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The Guardian

Harry Styles thinks ‘people like him’ don’t get awards? That’s daft – but it’s not evil

By Arwa Mahdawi,


Harry Edward Styles is a middle-class white man with a nice face and an enormous bank account. “People like him” are not usually considered an oppressed minority. And yet the 29-year-old pop star has been widely accused of claiming to be a member of an underclass during the Grammy awards on Sunday night. “This doesn’t happen to people like me very often,” Styles said as he scooped up best pop vocal album and album of the year. Cue confusion and uproar as people pointed out that white men win awards rather often. Meanwhile, a black woman hasn’t won album of the year since Lauryn Hill in 1999.

Brace yourself, because this article is about to go in one direction you may have thought I would never head. I am going to defend a rich man!

Styles’ wording was clumsy and embarrassingly tone-deaf. I can see why it upset people. But vitriol towards him is misplaced: it seems to me that he is just a nice, slightly dim guy who can’t quite believe his good fortune and who has run out of things to say at award shows. Why vilify him for that?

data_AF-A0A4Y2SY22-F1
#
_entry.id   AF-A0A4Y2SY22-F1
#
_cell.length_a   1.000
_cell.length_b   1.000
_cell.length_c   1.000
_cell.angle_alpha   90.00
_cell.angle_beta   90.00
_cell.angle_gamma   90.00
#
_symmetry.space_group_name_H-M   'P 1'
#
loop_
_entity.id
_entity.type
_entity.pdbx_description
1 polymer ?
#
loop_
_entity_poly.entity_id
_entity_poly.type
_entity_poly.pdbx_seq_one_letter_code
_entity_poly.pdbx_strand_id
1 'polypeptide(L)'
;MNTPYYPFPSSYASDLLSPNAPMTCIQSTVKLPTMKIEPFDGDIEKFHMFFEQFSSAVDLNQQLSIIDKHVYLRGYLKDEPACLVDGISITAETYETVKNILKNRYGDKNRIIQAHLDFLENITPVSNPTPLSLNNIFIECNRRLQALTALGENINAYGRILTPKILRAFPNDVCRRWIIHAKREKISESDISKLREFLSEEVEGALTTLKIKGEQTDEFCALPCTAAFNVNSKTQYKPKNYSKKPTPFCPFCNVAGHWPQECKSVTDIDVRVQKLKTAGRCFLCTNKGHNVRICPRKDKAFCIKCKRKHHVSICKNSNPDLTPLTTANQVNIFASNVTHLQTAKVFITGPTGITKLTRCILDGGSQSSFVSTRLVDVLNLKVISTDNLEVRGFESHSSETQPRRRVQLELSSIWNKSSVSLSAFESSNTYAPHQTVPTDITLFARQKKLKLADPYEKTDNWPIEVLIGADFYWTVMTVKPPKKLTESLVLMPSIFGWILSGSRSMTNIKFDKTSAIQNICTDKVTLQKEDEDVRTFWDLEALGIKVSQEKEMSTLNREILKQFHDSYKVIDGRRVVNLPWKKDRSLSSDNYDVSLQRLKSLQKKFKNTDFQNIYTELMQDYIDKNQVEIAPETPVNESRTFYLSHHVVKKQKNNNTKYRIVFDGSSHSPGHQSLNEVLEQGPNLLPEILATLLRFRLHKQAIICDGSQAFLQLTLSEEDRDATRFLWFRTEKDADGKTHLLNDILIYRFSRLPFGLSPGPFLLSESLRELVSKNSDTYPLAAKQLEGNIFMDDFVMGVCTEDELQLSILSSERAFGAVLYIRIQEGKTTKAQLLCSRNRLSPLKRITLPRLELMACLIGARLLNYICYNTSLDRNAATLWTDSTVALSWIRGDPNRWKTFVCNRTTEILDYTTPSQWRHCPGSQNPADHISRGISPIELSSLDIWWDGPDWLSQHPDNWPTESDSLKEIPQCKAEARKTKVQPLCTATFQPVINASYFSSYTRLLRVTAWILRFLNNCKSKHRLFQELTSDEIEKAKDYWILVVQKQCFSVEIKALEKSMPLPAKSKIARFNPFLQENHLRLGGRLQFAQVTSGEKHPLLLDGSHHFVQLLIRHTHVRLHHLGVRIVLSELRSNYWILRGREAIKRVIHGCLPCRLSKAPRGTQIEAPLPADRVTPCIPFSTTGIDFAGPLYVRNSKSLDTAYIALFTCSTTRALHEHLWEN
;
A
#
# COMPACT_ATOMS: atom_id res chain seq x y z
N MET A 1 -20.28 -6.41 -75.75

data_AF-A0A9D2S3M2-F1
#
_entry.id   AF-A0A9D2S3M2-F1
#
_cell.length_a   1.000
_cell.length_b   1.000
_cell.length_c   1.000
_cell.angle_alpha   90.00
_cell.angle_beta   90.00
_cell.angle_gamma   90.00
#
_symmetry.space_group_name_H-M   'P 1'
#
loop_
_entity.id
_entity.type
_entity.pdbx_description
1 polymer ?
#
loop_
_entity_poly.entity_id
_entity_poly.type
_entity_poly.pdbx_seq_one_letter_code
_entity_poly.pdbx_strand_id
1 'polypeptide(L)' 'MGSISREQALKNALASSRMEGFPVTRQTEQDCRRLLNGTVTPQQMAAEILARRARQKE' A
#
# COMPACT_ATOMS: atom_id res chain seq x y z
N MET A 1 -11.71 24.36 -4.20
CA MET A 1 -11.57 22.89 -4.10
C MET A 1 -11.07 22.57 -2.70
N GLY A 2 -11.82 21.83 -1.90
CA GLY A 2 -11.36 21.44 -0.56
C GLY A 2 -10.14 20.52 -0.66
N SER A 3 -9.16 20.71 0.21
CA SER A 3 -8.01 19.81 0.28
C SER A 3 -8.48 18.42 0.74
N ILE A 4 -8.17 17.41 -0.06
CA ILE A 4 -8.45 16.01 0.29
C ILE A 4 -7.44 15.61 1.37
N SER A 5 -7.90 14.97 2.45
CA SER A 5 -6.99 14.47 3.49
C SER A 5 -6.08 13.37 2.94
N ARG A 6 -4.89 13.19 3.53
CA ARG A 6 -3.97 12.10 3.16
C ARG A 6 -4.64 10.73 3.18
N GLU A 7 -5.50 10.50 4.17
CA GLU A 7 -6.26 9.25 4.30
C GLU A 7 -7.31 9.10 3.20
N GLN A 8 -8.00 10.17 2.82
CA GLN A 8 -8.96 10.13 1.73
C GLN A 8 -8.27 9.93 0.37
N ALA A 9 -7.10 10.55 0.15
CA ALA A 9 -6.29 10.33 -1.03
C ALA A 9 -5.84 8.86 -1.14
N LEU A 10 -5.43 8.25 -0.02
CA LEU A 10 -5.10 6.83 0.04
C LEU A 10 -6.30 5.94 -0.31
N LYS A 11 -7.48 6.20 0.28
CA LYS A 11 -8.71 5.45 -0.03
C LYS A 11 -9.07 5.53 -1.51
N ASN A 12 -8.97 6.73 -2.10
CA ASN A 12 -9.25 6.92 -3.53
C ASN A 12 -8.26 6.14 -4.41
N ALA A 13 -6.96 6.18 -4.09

I have seen some people try to take a defence of him further and claim he was making an incisive point about the lack of working-class people in the British arts. There is certainly a lot to be said on this point, but it’s hard to see how Styles figures in that conversation. That he once had a part-time job in a bakery and went to a state school (a very good one!) hardly makes him working class. Having said that, the debate raging online about where Styles sits on the class spectrum is a fascinating insight into Britain’s class obsession.

Speaking of spectrums, I also think it’s unfair that Styles is accused routinely of “queerbaiting”, or pretending to be LGBTQ+ in order to get attention (a debate that has resurfaced since the Grammys controversy). He likes experimenting with flamboyant clothes! That’s it! It’s weird and regressive to think that means he is making a statement about his sexual orientation or gender identity. Let the man wear his “clowncore” jumpsuits in peace. There are far more deserving targets for people’s anger.

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